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Fresh from the oven

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Fresh from the oven

Postby Ron Evers » Dec 14, 2008 10:47 pm

I made fruit bread today & it took all afternoon to rise. The preservatives on the three kinds of raisins, the currents or the mixed peel must have inhibited the yeast. :(
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Re: Fresh from the oven

Postby B_BQ » Dec 15, 2008 12:09 am

The bread looks really good Ron. I wonder too why it took so long to rise. I'm not a bread maker, although I have attempted it on a few occasions, with limited success.
I am tempted to try again though, as when I was in the supermarket the other day the Ciabatta bread looked so delicious - crunchy and chewy! But at $4.99 per loaf I'm not about to buy it, as I would probably have to throw 2/3rds of it away!
Maybe you would experiment for me, and post a successful recipe! :lol:
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Re: Fresh from the oven

Postby Katherine » Dec 15, 2008 12:18 am

It might be that you needed to add a bit of gluten. Or also, it may be that your yeast is getting a little old and tired, but you make enough homemade bread Ron, that I doubt its your yeast. Its probably fresh enough. When my bread is not rising I suspect its the lack of gluten in the flour I am using.

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Re: Fresh from the oven

Postby Ron Evers » Dec 15, 2008 9:03 am

Katherine wrote:It might be that you needed to add a bit of gluten. Or also, it may be that your yeast is getting a little old and tired, but you make enough homemade bread Ron, that I doubt its your yeast. Its probably fresh enough. When my bread is not rising I suspect its the lack of gluten in the flour I am using.

Kat


You may be on to something re the flour as this was a new bag from Giant Tiger that we have never used before. However, I have always had fruit bread rise slow but this was reticules. If it is a lack of gluten it should be good for cakes & pastry.
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Re: Fresh from the oven

Postby Trailblaze1 » Dec 15, 2008 9:07 am

Oh isn't this just so annoying! I would make breakfast bread-pudding from this and start over with the breads.
I usually rinse my dried fruit with hot boiling water, then pat it dry between towels before adding to any recipe. I just don't trust where it's been stored before packaging.

It prolly tastes delish though. Will you try it and let us know?
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Re: Fresh from the oven

Postby bluebird » Dec 15, 2008 9:31 am

Katherine wrote:When my bread is not rising I suspect its the lack of gluten in the flour I am using.


Well that is very odd to read. As I can't eat gluten (I'm celiac) I make my bread completely gluten free and it rises just fine. In fact, sometimes it rises too much if I don't keep a close eye on it!

The only time I've had a problem with bread not rising properly was due to the yeast being past its prime. But I'm sure there are other things that could affect it, but I just can't see how it could be gluten..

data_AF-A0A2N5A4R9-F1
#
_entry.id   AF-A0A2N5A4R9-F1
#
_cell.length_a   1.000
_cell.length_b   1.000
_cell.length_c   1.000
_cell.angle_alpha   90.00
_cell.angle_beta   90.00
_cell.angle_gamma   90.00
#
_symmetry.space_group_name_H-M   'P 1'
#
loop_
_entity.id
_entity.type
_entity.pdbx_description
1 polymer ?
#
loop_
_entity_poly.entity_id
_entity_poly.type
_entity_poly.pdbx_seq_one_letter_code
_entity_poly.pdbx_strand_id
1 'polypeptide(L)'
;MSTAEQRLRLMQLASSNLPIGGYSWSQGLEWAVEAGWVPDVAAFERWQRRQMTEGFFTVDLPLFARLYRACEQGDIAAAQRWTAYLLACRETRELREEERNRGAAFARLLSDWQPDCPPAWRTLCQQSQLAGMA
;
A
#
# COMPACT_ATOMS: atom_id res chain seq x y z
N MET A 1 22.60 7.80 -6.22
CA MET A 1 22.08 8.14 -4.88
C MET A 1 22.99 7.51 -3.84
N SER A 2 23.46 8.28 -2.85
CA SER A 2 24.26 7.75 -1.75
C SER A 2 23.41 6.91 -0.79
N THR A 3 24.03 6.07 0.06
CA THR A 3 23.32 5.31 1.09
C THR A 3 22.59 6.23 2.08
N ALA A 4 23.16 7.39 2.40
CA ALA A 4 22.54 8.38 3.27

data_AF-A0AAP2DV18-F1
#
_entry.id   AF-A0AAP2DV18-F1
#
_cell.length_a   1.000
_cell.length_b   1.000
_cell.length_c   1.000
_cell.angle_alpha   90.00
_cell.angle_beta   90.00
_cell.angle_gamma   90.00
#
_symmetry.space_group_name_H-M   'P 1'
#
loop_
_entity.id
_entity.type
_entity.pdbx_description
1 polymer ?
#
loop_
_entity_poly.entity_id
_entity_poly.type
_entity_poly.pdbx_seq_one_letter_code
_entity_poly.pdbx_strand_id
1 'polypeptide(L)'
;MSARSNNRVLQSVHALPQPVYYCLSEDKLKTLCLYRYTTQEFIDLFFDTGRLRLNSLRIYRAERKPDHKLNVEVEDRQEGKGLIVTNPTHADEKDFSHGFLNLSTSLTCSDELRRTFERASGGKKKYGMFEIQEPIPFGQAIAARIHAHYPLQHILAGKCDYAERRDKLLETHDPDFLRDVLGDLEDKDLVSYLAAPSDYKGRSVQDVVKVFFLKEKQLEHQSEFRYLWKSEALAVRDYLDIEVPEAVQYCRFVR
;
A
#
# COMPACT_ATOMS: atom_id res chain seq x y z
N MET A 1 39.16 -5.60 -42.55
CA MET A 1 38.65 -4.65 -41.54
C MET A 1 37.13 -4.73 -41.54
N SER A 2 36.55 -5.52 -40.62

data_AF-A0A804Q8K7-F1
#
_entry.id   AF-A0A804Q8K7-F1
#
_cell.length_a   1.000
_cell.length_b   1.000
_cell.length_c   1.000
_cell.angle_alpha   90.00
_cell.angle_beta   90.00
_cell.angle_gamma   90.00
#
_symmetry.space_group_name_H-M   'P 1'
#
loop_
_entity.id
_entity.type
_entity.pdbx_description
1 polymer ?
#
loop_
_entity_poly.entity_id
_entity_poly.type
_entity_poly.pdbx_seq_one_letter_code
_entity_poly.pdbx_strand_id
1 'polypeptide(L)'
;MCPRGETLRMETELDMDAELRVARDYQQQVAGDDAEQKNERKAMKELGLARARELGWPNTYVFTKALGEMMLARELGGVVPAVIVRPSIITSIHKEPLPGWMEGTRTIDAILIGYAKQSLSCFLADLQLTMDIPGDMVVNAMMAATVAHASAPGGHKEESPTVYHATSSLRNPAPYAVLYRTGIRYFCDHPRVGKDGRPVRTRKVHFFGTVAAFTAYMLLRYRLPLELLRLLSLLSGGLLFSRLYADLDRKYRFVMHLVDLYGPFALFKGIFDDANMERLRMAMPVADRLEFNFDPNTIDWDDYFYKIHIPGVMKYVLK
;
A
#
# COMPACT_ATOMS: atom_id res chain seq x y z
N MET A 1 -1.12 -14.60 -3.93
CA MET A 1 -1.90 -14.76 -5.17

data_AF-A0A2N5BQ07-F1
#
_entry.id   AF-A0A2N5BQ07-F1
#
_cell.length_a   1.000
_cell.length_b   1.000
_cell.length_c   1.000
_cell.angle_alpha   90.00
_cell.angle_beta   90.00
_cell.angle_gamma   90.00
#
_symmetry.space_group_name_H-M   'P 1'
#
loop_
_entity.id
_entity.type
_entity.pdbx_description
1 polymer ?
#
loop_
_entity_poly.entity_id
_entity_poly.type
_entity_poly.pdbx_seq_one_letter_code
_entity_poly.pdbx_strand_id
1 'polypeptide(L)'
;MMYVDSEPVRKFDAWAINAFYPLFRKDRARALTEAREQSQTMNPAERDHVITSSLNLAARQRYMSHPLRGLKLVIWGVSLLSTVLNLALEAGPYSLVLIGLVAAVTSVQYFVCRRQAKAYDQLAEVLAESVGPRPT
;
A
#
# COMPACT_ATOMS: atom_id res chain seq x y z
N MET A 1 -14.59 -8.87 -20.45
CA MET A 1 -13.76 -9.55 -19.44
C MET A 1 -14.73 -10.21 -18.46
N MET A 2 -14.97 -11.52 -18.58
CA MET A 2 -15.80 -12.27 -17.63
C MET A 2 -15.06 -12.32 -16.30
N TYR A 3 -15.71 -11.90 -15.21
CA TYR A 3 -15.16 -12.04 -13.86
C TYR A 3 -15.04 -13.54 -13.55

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Re: Fresh from the oven

Postby Ron Evers » Dec 15, 2008 10:00 am

It is very tasty but best toasted.


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Re: Fresh from the oven

Postby Sheikea » Dec 15, 2008 10:04 am

Wow those certainly look yummy.I think you bake way more then me Ron,and believe me I bake alot..LOL.. :D
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Re: Fresh from the oven

Postby Katherine » Dec 15, 2008 10:27 am

I dont often do this but the answer re gluten is in this paragraph off a bread site

Flour provides the structure for the product. The gluten, or protein, in flour, combines to form a web that traps air bubbles and sets. Starch in flour sets as it heats to add to and support the structure. In yeast breads, we want a lot of gluten formation, since it forms a stretchy web that traps carbon dioxide and steam during baking, to give bread its texture (also known as 'crumb'). Fats and sugars help prevent gluten formation. There is some simple sugar available in flour, which feeds the yeast. So if you have a bread recipe with no sugar source, that's okay - the yeast will have enough to 'eat' from the flour. The rising times will just be longer.

Bread flour is high protein flour, and produces bread that has a higher volume because it contains more stretchy gluten. Loaves made with bread flour rest for 10-15 minutes after rising before shaping the loaves so the gluten relaxes a bit and the dough is easier to work. All-purpose flour works just fine for most breads. Whole grain flours do not have as much gluten because there are other ingredients like the bran and germ which get between the gluten molecules. Whole grain flours are usually combined with bread or all-purpose flour to make a better crumb.

So it depends on the amount of gluten in the flour. If Ron happened to buy a flour with low natural gluten, it might not rise all that well. All you need to make bread is glutenous flour, yeast water and salt. If either the gluten or yeast is low or poor it doesnt rise very well.

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Re: Fresh from the oven

Postby bluebird » Dec 15, 2008 11:02 am

:lol: Well I guess then that I've just been imagining that my gluten free bread has been rising all these years. Go figure eh?

I'm making some today. No gluten...notta. :wink:
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